For Immediate Release

February 11, 2014
Contact: Laura J. Brown
Phone: (202) 267-3883


Aiming a laser at an aircraft creates a serious safety risk that violates federal law. High-powered lasers can temporarily blind pilots flying aircraft that often carry hundreds of passengers. As shown in the chart below, reported incidents of lasers aimed at aircraft have increased dramatically since FAA instituted a formal reporting system in 2005 to collect information from pilots.

YearNumber of Laser Incidents
20133,960
20123,482
20113,591
20102,836
20091,527
2008913
2007590
2006384

The FAA since June 2011 has taken enforcement action against those who violate Federal Aviation Regulations by shining lasers at aircraft. The agency may impose civil penalties of up to $11,000 per violation. Civil penalties of up to $30,800 have been imposed by the FAA against individuals for multiple laser incidents.

From February through December of 2012, the agency investigated 95 cases of laser events and took enforcement action in 62 of those cases. During 2013, the agency investigated 57 cases and took enforcement action in 34. The two-year total is 152 investigations and 96 enforcement actions.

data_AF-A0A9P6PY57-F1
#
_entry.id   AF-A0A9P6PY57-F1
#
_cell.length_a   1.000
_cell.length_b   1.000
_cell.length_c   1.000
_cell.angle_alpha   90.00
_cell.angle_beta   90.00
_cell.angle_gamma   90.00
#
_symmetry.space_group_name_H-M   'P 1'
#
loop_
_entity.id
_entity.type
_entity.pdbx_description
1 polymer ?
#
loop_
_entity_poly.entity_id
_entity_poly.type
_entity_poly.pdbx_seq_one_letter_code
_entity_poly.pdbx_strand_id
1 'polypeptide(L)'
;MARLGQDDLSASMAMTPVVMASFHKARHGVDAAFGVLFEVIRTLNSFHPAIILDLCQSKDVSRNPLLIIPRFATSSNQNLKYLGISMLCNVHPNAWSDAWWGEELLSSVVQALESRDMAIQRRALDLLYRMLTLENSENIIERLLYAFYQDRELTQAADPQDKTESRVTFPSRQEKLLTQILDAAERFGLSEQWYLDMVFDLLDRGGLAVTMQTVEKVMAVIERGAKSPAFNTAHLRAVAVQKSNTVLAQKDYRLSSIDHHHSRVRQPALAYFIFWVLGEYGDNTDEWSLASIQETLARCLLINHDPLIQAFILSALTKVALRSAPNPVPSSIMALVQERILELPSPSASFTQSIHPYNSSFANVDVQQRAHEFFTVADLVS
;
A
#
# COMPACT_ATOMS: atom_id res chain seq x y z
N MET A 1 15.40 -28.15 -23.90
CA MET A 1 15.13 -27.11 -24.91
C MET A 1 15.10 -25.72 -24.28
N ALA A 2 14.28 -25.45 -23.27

The increase in reports is due to a number of factors, including greater awareness by pilots to report laser incidents, as encouraged through an extensive outreach program by the FAA; the availability of inexpensive laser devices on the Internet, stronger power levels that enable lasers to hit aircraft at higher altitudes and the introduction of green lasers, which are more visible to the human eye than red lasers.

The FAA’s guidance for agency investigators and attorneys stresses that laser violations should not be addressed through warning notices or counseling. The agency seeks moderately high civil penalties for inadvertent violations, but maximum penalties for deliberate violations. Violators who are pilots or mechanics face revocation of their FAA certificate, as well as civil penalties.

Some cities and states have laws making it illegal to shine lasers at aircraft and, in many cases, people can face federal charges. (FBI Pilots New Reward Program Aimed at Deterring Laser Strikes) The FAA works with law enforcement agencies to assist with criminal prosecutions. Federal, state and local prosecutors have sentenced laser violators to jail time, community service, probation and additional financial penalties for court costs and restitution.

 

###